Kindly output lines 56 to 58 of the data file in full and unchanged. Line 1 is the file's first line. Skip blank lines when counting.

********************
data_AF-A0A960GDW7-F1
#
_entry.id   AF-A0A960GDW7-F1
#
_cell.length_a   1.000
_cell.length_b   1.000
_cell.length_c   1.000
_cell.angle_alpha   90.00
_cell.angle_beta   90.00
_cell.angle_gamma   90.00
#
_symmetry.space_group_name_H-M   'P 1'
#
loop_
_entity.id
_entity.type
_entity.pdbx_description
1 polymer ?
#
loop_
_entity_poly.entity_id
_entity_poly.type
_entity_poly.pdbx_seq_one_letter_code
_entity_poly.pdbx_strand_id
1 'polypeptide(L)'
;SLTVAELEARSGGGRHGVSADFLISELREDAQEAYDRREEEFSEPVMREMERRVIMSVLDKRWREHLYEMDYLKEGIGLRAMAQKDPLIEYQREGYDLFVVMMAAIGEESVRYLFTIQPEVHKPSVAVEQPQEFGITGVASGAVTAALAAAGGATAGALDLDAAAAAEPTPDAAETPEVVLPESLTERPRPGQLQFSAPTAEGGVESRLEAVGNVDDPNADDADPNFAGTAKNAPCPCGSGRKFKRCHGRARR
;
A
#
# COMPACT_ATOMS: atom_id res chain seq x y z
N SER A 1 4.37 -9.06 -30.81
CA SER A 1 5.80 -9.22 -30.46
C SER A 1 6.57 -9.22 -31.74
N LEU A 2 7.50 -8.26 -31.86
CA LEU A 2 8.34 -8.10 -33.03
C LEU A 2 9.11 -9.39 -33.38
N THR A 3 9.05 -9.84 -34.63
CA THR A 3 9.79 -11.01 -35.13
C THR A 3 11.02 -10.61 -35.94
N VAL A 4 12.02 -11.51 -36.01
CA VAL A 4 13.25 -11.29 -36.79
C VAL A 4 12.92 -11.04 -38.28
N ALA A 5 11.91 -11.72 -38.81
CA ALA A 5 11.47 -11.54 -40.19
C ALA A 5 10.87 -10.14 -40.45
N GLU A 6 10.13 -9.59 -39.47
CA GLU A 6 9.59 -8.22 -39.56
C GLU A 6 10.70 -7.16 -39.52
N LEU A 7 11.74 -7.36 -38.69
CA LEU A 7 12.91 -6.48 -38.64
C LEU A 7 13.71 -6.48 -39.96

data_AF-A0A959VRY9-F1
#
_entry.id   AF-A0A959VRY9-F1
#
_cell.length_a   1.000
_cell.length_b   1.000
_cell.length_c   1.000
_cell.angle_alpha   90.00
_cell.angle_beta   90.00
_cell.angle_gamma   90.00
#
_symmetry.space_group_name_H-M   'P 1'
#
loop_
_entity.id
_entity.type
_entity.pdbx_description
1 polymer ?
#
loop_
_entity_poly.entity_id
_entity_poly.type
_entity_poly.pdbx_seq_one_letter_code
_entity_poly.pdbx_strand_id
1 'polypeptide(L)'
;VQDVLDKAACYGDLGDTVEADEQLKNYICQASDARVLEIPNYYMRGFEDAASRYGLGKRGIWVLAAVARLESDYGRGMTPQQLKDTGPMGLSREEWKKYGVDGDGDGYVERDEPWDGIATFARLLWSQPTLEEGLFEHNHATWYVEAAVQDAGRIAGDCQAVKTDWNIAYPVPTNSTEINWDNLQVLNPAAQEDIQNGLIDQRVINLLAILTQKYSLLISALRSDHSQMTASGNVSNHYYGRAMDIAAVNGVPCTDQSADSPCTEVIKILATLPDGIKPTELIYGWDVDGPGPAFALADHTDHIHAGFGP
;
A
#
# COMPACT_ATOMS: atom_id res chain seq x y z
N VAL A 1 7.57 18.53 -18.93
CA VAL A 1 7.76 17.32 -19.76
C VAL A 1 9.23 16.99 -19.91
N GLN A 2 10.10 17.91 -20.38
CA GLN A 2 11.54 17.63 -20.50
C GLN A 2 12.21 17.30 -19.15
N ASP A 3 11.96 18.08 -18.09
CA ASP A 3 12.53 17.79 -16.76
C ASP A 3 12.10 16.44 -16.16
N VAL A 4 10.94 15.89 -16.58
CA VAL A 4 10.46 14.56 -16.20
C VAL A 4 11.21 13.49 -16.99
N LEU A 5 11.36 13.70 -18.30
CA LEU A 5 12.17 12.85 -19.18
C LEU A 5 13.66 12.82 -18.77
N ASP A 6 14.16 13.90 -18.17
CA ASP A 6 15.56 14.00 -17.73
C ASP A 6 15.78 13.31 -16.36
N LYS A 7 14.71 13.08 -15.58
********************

_cell.length_a   1.000
_cell.length_b   1.000
_cell.length_c   1.000